Human Rights Watch this week called on the Sri Lankan government to take firm steps towards tacking sexual and gender identity biases.
Highlighting the Sri Lanka's contradictory public statements, HRW wrote:
"At Sri Lanka’s recent Universal Periodic Review (UPR) in November – a review every four years of the human rights records of United Nations member states at the UN Human Rights Council – the government accepted recommendations to end discrimination against lesbian, gay, bisexual, transgender and intersex (LGBTI) people. In fact, it made a “voluntary pledge” to “Ensure and strengthen respect for fundamental rights of all persons, including those from the LGBTIQ community, and address concerns raised in that regard,” no doubt a result of years of advocacy by Sri Lankan activists.
The pledge is encouraging, but officials have been sending mixed messages. An interim report from the fundamental rights committee of the Constitutional Assembly in early 2017 included draft language prohibiting discrimination on gender, sex, sexual orientation and gender identity among other grounds. The committee also proposed doing away with article 16 of the existing constitution, a bizarre “savings clause” that prohibits constitutional challenges to laws that predate the constitution, some dating to British colonial days. That would allow human rights activists to go to court, challenging sections 365 and 365A as unconstitutional.
But there’s no guarantee that these proposed reforms will survive the constitutional reform process. The Constitutional Assembly has since wavered on including sexual orientation and gender identity in the proposed non-discrimination clause, and it’s uncertain whether removing article 16 will get past an anti-reform lobby.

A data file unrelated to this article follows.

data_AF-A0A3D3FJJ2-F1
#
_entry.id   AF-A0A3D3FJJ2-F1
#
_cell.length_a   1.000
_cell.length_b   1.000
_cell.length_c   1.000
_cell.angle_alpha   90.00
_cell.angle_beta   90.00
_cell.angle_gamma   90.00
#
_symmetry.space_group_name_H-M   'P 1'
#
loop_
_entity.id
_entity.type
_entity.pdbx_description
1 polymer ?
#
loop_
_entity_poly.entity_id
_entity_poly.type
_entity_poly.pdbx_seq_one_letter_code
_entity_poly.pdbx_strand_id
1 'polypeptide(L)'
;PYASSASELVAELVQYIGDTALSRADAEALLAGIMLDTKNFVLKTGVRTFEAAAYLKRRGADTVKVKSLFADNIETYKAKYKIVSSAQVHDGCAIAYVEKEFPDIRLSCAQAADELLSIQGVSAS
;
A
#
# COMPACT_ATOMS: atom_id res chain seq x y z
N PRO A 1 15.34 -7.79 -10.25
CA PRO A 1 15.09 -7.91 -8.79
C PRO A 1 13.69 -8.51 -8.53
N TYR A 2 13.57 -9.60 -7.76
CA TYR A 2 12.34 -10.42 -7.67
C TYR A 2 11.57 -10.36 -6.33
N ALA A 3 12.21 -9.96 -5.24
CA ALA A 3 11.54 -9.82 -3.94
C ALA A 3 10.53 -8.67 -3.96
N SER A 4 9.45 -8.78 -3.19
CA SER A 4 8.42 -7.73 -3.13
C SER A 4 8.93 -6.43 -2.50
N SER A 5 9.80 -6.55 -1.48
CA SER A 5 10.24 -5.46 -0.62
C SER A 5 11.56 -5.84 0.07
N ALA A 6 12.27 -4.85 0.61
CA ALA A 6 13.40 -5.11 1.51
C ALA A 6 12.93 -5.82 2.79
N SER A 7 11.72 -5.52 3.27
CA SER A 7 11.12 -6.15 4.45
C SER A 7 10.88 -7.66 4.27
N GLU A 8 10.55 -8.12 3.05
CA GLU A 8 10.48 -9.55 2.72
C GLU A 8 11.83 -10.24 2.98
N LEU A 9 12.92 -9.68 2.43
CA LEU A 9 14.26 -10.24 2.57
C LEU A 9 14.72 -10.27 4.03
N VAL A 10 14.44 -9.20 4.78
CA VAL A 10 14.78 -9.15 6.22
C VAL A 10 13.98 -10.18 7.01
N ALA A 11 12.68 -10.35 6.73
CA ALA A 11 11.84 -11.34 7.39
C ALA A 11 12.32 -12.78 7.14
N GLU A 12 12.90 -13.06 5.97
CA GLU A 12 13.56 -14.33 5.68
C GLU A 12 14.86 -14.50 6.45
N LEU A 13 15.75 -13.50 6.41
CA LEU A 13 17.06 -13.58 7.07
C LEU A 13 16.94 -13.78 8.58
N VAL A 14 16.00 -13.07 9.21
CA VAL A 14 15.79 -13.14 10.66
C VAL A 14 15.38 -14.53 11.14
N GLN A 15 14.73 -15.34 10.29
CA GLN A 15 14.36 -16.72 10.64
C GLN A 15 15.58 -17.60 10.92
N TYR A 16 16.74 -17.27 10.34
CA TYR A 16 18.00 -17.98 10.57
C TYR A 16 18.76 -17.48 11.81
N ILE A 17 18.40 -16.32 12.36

In its National Human Rights Action Plan, released in early November, the government removed draft language calling for protection on the grounds of sexual orientation, although it did include gender identity. As the Sri Lankan organization EQUAL GROUND has said, “Contradiction of this sort only proves that the Government of Sri Lanka is yet to acknowledge persons with minority sexual orientations as people of the country.” A group of activists delivered a petition to the government protesting the exclusion.
The government has long resisted removing discriminatory penal code provisions that prohibit same-sex relations, and it rejected recommendations at November’s UPR session to repeal articles 365 and 365A, claiming it doesn’t allow discriminatory application of laws. But in practice, the Penal Code and other criminal law provisions are regularly used to discriminate against transgender people and have a pernicious impact on others due to their actual or perceived sexual orientation.
So when, and how, will officials’ lofty promises to protect LGBT Sri Lankans from discrimination bear fruit? The government has made no promises as to when a new constitution will be delivered. The need for change is not abstract, nor is the urgency around decriminalization of same-sex conduct: the lives of people like Abeeth, Jeevani and Manisha, are literally on the line. As long as the Sri Lankan government tolerates discrimination and violence against LGBT people, we can predict further arbitrary arrests, rapes, assaults, death threats, and obstacles to redress.
Deputy Solicitor General Nerin Pulle told the Human Rights Council that the government “remains committed to law reform and guaranteeing non-discrimination on the grounds of sexual orientation and gender identity.”
Such commitments need to be transformed into reality. The government should ensure that the new constitution protects LGBT people from discrimination, and allows legal challenges to preexisting discriminatory laws. In the meantime, it should seek other pathways to protecting LGBT people, including by exercising leadership in mobilizing parliament to pass a bill to repeal sections 365 and 365A. Otherwise, the government bears responsibility for intolerable abuses against its citizens."